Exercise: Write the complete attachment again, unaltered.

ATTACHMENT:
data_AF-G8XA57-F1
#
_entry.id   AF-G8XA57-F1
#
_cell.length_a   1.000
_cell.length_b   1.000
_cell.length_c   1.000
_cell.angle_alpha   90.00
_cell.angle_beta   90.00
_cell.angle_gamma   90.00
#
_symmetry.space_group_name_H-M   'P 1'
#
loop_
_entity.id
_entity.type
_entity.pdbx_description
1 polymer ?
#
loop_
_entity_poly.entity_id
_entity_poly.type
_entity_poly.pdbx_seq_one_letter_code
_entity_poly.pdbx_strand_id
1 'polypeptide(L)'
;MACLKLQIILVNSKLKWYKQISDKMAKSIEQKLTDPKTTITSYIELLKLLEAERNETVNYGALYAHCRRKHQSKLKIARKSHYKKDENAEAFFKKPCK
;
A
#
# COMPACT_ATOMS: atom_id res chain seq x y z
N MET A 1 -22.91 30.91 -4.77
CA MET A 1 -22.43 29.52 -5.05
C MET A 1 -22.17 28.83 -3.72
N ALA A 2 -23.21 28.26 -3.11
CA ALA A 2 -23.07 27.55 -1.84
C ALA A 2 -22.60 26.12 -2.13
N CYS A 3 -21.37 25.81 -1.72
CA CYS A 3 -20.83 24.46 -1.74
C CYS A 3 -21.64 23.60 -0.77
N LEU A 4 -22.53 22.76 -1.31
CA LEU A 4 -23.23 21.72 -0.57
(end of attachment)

data_AF-G8XA57-F1
#
_entry.id   AF-G8XA57-F1
#
_cell.length_a   1.000
_cell.length_b   1.000
_cell.length_c   1.000
_cell.angle_alpha   90.00
_cell.angle_beta   90.00
_cell.angle_gamma   90.00
#
_symmetry.space_group_name_H-M   'P 1'
#
loop_
_entity.id
_entity.type
_entity.pdbx_description
1 polymer ?
#
loop_
_entity_poly.entity_id
_entity_poly.type
_entity_poly.pdbx_seq_one_letter_code
_entity_poly.pdbx_strand_id
1 'polypeptide(L)'
;MACLKLQIILVNSKLKWYKQISDKMAKSIEQKLTDPKTTITSYIELLKLLEAERNETVNYGALYAHCRRKHQSKLKIARKSHYKKDENAEAFFKKPCK
;
A
#
# COMPACT_ATOMS: atom_id res chain seq x y z
N MET A 1 -22.91 30.91 -4.77
CA MET A 1 -22.43 29.52 -5.05
C MET A 1 -22.17 28.83 -3.72
N ALA A 2 -23.21 28.26 -3.11
CA ALA A 2 -23.07 27.55 -1.84
C ALA A 2 -22.60 26.12 -2.13
N CYS A 3 -21.37 25.81 -1.72
CA CYS A 3 -20.83 24.46 -1.74
C CYS A 3 -21.64 23.60 -0.77
N LEU A 4 -22.53 22.76 -1.31
CA LEU A 4 -23.23 21.72 -0.57